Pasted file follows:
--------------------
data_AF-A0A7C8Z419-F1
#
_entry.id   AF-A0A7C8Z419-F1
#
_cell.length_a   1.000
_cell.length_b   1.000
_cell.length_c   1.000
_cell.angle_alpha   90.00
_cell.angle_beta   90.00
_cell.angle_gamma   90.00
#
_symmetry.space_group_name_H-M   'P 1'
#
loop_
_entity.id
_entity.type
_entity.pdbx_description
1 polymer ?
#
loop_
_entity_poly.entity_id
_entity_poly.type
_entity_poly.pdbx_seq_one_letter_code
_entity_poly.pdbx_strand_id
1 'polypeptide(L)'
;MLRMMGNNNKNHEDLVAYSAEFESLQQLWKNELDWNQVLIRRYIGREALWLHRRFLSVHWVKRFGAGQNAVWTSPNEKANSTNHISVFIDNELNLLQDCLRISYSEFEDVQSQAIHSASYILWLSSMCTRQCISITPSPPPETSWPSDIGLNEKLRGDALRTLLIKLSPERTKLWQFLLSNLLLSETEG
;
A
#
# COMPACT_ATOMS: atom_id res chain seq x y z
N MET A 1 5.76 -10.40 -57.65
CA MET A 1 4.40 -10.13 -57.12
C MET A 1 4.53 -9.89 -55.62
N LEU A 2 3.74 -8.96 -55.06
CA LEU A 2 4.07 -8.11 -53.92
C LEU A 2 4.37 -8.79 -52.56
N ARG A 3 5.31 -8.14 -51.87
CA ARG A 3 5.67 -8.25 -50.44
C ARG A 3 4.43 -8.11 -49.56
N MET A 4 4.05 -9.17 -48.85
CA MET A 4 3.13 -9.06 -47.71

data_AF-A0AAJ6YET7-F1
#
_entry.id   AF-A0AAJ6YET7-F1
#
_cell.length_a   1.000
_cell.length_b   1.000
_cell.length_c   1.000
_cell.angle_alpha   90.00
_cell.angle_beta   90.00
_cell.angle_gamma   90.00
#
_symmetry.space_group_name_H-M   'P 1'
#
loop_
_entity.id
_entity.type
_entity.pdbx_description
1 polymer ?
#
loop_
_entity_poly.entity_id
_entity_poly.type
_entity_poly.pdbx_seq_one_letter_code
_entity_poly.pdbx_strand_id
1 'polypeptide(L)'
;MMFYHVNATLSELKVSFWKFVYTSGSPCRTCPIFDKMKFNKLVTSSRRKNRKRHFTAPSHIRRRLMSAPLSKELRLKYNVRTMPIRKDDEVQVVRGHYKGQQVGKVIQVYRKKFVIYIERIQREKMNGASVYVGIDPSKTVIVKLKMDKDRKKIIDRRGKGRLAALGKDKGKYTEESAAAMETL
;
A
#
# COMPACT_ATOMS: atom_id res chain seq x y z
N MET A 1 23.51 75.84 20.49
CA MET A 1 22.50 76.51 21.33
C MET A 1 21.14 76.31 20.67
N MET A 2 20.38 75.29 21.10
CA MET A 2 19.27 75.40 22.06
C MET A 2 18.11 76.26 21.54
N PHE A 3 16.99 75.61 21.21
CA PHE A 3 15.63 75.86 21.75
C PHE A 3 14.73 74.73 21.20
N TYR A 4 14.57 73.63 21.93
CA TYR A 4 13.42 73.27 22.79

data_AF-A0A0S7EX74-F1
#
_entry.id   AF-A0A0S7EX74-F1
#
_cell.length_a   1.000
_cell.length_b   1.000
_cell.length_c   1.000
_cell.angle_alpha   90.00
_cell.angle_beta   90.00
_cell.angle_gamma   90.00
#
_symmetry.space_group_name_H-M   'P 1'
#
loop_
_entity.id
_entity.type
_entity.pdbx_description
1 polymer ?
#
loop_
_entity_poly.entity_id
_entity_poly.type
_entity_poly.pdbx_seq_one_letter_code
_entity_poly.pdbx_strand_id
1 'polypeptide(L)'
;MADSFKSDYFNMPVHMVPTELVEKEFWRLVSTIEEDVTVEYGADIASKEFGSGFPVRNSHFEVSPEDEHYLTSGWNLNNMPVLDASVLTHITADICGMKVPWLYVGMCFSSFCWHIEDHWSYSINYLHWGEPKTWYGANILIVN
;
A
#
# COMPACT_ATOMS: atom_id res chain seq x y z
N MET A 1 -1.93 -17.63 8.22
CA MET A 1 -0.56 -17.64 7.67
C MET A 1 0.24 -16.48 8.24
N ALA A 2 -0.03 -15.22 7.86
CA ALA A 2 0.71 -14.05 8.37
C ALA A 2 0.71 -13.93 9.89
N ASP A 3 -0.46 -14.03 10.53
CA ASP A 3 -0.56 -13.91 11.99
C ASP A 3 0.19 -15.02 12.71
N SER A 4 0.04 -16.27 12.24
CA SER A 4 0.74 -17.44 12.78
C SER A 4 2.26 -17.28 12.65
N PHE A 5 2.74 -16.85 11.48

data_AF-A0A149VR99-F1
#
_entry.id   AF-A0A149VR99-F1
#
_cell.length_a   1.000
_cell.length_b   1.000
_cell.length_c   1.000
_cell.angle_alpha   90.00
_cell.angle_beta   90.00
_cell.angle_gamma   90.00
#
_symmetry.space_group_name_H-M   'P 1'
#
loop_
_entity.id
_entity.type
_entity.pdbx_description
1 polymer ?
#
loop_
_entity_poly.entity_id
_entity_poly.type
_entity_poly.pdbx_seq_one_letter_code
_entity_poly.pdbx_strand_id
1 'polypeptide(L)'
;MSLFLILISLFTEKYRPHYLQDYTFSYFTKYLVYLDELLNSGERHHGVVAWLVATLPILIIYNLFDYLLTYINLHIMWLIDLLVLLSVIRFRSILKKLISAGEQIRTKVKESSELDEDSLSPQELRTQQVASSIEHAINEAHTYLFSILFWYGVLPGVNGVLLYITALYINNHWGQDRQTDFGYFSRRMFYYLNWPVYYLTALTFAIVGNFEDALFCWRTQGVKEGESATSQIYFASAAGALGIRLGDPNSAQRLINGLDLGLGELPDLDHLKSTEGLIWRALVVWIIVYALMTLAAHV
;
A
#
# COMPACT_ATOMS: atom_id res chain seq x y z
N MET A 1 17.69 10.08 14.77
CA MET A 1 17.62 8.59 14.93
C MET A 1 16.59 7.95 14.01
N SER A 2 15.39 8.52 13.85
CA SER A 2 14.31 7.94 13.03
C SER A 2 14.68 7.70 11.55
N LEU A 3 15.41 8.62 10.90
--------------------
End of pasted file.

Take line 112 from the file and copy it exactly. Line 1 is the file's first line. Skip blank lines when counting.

# COMPACT_ATOMS: atom_id res chain seq x y z